WASHINGTON – The U.S. Department of Housing and Urban Development (HUD) announced a graduate student team from Rutgers University as the winners of HUD’s fourth annual Innovation in Affordable Housing Student Design and Planning Competition. The Rutgers team was one of four finalists to introduce a comprehensive plan for redeveloping a property owned by the Cuyahoga Metropolitan Housing Authority in Cuyahoga County, Ohio. HUD also announced a team from the University of Michigan as runner-up.
“We’re so proud to help honor these outstanding students,” said Matthew Ammon, HUD’s General Deputy Assistant Secretary for Policy Development and Research. “I want to congratulate the team from Rutgers, and all of our finalists, for their passion and ingenuity in expanding housing opportunity for Americans of modest means.”
HUD’s Innovation in Affordable Housing competition strives to spur research, collaboration, and creativity in affordable housing and community development. This year’s real-life scenario required competitors to produce recommendations that address social, economic, environmental, and construction issues in redeveloping Woodhill Homes, a 478-unit multifamily property owned and operated by the Cuyahoga Metropolitan Housing Authority.
The students presented their final projects to a jury of practitioners and a live audience at HUD’s headquarters in Washington, DC. The Rutgers University team will receive a $20,000 award and the team from the University of Michigan will receive a $10,000 award.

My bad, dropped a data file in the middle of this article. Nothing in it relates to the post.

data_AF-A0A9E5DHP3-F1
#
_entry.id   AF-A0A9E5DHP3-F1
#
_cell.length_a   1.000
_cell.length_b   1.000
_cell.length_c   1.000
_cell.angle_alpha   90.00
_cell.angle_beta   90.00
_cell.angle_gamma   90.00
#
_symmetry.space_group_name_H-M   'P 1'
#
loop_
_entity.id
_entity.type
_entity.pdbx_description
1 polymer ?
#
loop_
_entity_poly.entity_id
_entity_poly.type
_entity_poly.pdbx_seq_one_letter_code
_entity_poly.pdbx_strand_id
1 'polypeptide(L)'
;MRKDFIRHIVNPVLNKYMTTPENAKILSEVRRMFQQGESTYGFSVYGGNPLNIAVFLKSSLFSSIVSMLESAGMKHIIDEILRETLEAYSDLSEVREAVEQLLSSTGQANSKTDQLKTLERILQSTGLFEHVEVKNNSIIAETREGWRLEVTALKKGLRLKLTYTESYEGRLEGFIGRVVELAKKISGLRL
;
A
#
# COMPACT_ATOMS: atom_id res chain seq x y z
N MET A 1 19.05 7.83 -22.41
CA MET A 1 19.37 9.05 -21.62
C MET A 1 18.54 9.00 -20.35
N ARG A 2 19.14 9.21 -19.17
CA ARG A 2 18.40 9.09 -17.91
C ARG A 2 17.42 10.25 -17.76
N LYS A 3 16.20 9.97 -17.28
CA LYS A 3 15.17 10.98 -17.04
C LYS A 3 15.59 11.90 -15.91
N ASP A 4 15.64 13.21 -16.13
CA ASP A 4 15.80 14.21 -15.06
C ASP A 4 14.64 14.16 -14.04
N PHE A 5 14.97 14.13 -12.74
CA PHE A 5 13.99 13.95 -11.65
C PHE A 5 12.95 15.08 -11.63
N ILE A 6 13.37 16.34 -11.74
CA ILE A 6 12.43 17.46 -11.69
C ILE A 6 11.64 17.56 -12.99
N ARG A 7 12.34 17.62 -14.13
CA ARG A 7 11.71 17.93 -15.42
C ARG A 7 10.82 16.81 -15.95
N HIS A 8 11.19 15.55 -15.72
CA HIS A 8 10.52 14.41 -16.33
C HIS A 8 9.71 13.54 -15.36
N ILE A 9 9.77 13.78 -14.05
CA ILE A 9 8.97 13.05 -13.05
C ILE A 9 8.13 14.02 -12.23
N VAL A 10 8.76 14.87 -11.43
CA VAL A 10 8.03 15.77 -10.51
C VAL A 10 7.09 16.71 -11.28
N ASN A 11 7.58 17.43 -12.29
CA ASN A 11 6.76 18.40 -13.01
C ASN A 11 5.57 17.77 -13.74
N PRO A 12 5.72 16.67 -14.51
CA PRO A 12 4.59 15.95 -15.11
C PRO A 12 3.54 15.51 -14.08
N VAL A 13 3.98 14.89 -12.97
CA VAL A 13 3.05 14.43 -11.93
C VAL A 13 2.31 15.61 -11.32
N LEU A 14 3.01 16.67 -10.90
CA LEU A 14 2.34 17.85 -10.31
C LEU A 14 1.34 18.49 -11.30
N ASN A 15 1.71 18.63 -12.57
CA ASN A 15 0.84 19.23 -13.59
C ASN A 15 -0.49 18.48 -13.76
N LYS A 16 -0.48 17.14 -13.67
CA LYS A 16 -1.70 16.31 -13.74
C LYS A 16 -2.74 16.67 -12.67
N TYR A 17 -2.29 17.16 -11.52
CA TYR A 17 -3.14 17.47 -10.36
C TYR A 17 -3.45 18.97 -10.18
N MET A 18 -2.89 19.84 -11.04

The competition jurors praised the winning team for its designs to build private and public spaces for all groups, increase energy efficiency, and add a mixed-use building with community space for resident services. Its members were compromised of graduate students from the Edward J. Bloustein School of Planning and Public Policy, and the Department of Landscape Architecture in the Rutgers School of Environmental and Biological Sciences.
The University of Michigan team was judged runner-up for its plans to create a family-centered sustainable community that prioritized social services, connected residents to health care resources, and built economic partnerships with local organizations. The other finalists consisted of students from Yale University and a joint submission from New York University and Columbia University.
By initiating and funding this competition, HUD hopes to inspire and support aspiring members of fields such as architecture, planning, policy, and finance in advancing affordable and sustainable housing for low- and moderate-income Americans.